NYT Architecture Critic Spies 'Jingoism' in Newseum's 9-11 Exhibit
Finding "jingoism" in a journalism museum? Only a hypersensitive New York Times critic could possibly uncover that.
The Newseum (which is precisely what it sounds like) opened in the nation's capital last weekend in a prominent spot along Pennsylvania Avenue. The Times's architecture critic Nicolai Ouroussoff found the design by turns "muddled" and "slapdash" -- but what he really disapproved of was the political message he managed to discern in a 9-11 exhibit titled "Attack on America," which he found to border "precariously on jingoism."
From his Friday review, "Get Me Rewrite: A New Monument to Press Freedom."
In another convoluted move, the museum exhibits the front pages of scores of daily newspapers along the street each day. At first it seems to be a salute to the newspaper's traditional function in a democratic society, and pedestrians seem to love it. But the row of newspapers is oddly punctuated by a pedantic display explaining its meaning.
This doctrinaire approach to history continues throughout the interior. The lobby, named for the family that publishes The New York Times (The New York Times Company is a donor to the museum), is a multistory glass atrium flanked by suspended walkways. A heavy staircase tumbles down one side; a glass elevator is set behind the ticket desk on the other. Visitors are meant to ride the elevator up to the top and spiral down through the galleries, as they do in Frank Lloyd Wright's Solomon R. Guggenheim Museum in New York. But here the journey is freighted with artifice. Working with the exhibition designer Ralph Appelbaum Associates, Mr. Polshek creates a sequence of rooms and walkways that pull you along through the sweep of journalism history. Visitors step past a fragment of the Berlin Wall and then ride a glass elevator alongside a menacing guard tower. On the top floor they are confronted with part of a rusted, mangled broadcast antenna from the World Trade Center, part of the exhibition "Attack on America."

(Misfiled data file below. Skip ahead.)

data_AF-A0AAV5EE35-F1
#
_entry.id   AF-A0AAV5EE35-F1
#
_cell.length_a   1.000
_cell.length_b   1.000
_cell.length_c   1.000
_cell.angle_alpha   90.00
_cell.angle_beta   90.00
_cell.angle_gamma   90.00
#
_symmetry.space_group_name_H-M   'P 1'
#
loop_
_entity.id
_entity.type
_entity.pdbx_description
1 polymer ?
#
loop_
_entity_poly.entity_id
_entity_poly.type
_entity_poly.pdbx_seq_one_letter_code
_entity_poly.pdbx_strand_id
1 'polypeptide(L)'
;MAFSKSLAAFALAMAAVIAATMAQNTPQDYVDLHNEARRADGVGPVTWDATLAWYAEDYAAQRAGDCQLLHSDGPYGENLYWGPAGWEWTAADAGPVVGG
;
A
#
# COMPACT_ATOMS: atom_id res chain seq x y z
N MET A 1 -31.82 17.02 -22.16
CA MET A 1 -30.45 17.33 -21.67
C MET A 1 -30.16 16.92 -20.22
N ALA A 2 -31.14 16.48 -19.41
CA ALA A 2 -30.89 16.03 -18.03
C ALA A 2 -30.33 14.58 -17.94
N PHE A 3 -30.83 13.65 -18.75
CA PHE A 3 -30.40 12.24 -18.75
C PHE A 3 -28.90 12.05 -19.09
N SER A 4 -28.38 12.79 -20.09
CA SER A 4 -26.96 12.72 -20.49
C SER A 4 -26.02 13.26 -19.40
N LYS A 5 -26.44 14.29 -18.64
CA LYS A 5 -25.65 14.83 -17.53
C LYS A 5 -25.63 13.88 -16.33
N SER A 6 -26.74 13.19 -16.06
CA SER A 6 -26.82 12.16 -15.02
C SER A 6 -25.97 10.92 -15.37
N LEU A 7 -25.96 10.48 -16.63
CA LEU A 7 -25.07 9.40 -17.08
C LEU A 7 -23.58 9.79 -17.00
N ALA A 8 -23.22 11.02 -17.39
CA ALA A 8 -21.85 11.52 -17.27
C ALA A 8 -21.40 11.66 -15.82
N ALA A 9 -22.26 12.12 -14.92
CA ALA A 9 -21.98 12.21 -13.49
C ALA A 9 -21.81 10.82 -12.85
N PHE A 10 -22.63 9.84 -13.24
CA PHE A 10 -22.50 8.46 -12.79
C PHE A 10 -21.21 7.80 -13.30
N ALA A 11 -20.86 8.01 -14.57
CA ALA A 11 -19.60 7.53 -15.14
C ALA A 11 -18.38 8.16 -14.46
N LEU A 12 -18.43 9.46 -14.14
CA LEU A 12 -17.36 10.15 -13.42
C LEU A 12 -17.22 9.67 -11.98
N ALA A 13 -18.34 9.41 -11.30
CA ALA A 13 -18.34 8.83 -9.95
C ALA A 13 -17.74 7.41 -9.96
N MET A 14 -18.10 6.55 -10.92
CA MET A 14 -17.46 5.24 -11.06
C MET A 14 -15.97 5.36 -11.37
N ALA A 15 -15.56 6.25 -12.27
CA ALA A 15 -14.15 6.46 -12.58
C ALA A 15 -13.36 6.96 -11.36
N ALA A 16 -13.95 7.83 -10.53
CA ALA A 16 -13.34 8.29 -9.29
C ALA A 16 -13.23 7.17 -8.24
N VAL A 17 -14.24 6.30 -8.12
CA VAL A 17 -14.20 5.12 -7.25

The juxtaposition is startling, but also borders precariously on jingoism. The suggestion is that the values of a free press and a free market are one and the same. This sentiment is made explicit in an exhibit of a map of the world in which countries are color-coded according to their level of press freedom. America is green; Russia and China, red.